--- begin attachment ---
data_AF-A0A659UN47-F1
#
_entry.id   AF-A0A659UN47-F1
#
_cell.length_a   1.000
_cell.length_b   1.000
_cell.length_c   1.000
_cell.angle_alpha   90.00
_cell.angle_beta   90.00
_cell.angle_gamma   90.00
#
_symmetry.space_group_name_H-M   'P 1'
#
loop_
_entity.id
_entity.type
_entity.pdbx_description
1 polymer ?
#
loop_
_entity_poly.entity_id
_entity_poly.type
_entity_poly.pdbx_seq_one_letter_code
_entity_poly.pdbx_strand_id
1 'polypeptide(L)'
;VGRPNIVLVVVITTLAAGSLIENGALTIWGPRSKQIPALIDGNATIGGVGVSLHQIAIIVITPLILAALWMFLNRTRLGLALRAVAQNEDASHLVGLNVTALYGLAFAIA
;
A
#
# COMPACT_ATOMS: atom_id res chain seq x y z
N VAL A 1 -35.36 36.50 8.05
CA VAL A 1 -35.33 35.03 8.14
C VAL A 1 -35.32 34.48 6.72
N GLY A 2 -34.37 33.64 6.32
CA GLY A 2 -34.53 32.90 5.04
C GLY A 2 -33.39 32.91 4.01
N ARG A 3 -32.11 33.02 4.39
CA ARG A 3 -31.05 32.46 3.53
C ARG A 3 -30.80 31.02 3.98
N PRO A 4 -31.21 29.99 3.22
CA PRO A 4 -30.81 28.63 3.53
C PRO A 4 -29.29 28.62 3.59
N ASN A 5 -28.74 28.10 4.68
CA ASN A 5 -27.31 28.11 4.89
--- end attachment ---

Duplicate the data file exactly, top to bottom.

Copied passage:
data_AF-A0A659UN47-F1
#
_entry.id   AF-A0A659UN47-F1
#
_cell.length_a   1.000
_cell.length_b   1.000
_cell.length_c   1.000
_cell.angle_alpha   90.00
_cell.angle_beta   90.00
_cell.angle_gamma   90.00
#
_symmetry.space_group_name_H-M   'P 1'
#
loop_
_entity.id
_entity.type
_entity.pdbx_description
1 polymer ?
#
loop_
_entity_poly.entity_id
_entity_poly.type
_entity_poly.pdbx_seq_one_letter_code
_entity_poly.pdbx_strand_id
1 'polypeptide(L)'
;VGRPNIVLVVVITTLAAGSLIENGALTIWGPRSKQIPALIDGNATIGGVGVSLHQIAIIVITPLILAALWMFLNRTRLGLALRAVAQNEDASHLVGLNVTALYGLAFAIA
;
A
#
# COMPACT_ATOMS: atom_id res chain seq x y z
N VAL A 1 -35.36 36.50 8.05
CA VAL A 1 -35.33 35.03 8.14
C VAL A 1 -35.32 34.48 6.72
N GLY A 2 -34.37 33.64 6.32
CA GLY A 2 -34.53 32.90 5.04
C GLY A 2 -33.39 32.91 4.01
N ARG A 3 -32.11 33.02 4.39
CA ARG A 3 -31.05 32.46 3.53
C ARG A 3 -30.80 31.02 3.98
N PRO A 4 -31.21 29.99 3.22
CA PRO A 4 -30.81 28.63 3.53
C PRO A 4 -29.29 28.62 3.59
N ASN A 5 -28.74 28.10 4.68
CA ASN A 5 -27.31 28.11 4.89